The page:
By Deborah Haynes, foreign affairs editor
Tory leadership candidate Rory Stewart has said he would double the amount of foreign aid spent on fighting climate change, and revealed he wants to reform Britain's spy agencies.
The international development secretary also wants to double Britain's diplomatic budget and shift its foreign policy focus away from the Middle East and more towards Asia and Africa.
He set out his vision in an interview with Sky News, saying if he became prime minister he would aim to unite the country and the Conservative Party around a compromise agreement on the other big topic of the moment – Brexit.
But the former diplomat warned that the Tories could end up splitting if a Brexiteer like Boris Johnson or Dominic Raab wins the race to become prime minister on a pledge to take Britain out of the European Union without a deal if necessary.
Mr Stewart said: "I am worried about us splitting.
"The reason I am worried about us splitting is that I think this is a country which is on the brink of having an extraordinary future… The next 15 years could really be ours and what really makes me sad about this is that if we get stuck in this Brexit fight and these divisive outlooks we are not going to seize that opportunity."
The 46-year-old, who is MP for Penrith and The Border in Cumbria, only appears to have an outside chance of succeeding Theresa May.
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But he says he is focused on victory.
Mr Stewart is trying to meet as many members of the public as possible, advertising his whereabouts on Twitter and inviting people to come and meet him.
He chose the leafy backdrop of Kew Gardens to talk about his plans for the Department for International Development (DfID), having taken charge only four weeks ago.
"I want to make DfID centred on climate change and the environment," he said.
The goal to increase the amount of the department's £11bn budget allocated to this area to £2.2bn would be met over five years, rising from £1.1bn next financial year.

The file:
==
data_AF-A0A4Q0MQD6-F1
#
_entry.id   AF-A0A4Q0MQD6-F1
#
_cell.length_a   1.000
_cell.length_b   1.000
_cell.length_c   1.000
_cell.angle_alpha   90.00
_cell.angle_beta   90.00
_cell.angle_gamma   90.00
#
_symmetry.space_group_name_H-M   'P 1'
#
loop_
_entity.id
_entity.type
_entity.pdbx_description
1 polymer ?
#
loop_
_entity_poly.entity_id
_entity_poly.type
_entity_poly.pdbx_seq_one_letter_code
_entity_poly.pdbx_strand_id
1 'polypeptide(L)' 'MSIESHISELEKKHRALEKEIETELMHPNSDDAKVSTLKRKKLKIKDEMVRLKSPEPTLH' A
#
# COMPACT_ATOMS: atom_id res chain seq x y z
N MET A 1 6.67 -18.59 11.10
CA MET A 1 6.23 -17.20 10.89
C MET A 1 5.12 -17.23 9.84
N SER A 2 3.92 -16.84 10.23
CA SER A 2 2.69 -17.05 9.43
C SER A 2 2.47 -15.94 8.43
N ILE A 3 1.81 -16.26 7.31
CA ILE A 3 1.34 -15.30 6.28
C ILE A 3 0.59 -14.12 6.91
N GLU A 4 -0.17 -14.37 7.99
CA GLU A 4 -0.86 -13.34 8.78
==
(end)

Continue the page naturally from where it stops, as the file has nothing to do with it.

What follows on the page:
Mr Stewart warned: "We are facing an environment cataclysm. Quite literally the ice shelf is going 10 times more quickly than people expected, we are about to lose maybe a million species on Earth and that is even before you count the fact that 100 million more people will be in poverty unless we tackle this. We have to tackle this."
It marks a significant shift in focus for foreign aid spending which has typically been spent on assistance and development programmes for people in the poorest parts of the world.
Mr Stewart said the move would not be to the detriment of other aid projects.
"The real lesson of the last 10 to 15 years is that poverty and climate are actually one of the same thing," he said. "We are facing a people emergency and a climate emergency and it is the same emergency because actually that poverty is driven by the desertification in the Sahara, it's been driven by agriculture crops no longer being able to be grown in Africa, it is driven by a thousand factors."
He is better placed than most politicians to understand international development, having run two provinces in Iraq as a British diplomat following the 2003 invasion and run a charity in Afghanistan. He also trekked 6,000 miles from Turkey to Bangladesh between 2000 and 2002.
The climate change push makes political sense as well as being right for the planet, he said, at a time when an increasing number of people are supporting a green agenda.
Backing such a popular cause should also make it harder for other government departments – that eye DfID cash with envy and question the use of taxpayers' money for overseas development when there is poverty at home – to raid the foreign aid coffers.
Mr Stewart said the additional investment would go into programmes such as protecting rainforests and supporting endangered species such as Indonesian orangutans, as well as funding research at British universities into new forms of renewable energy.
While his goals are not an official DfID announcement, the minister said he would work to make sure they are set in motion even if he is only in the job for as long as the Tory leadership race lasts.
Mr Stewart, who is married with two young children, has big ideas on wider aspects of foreiRead More – Source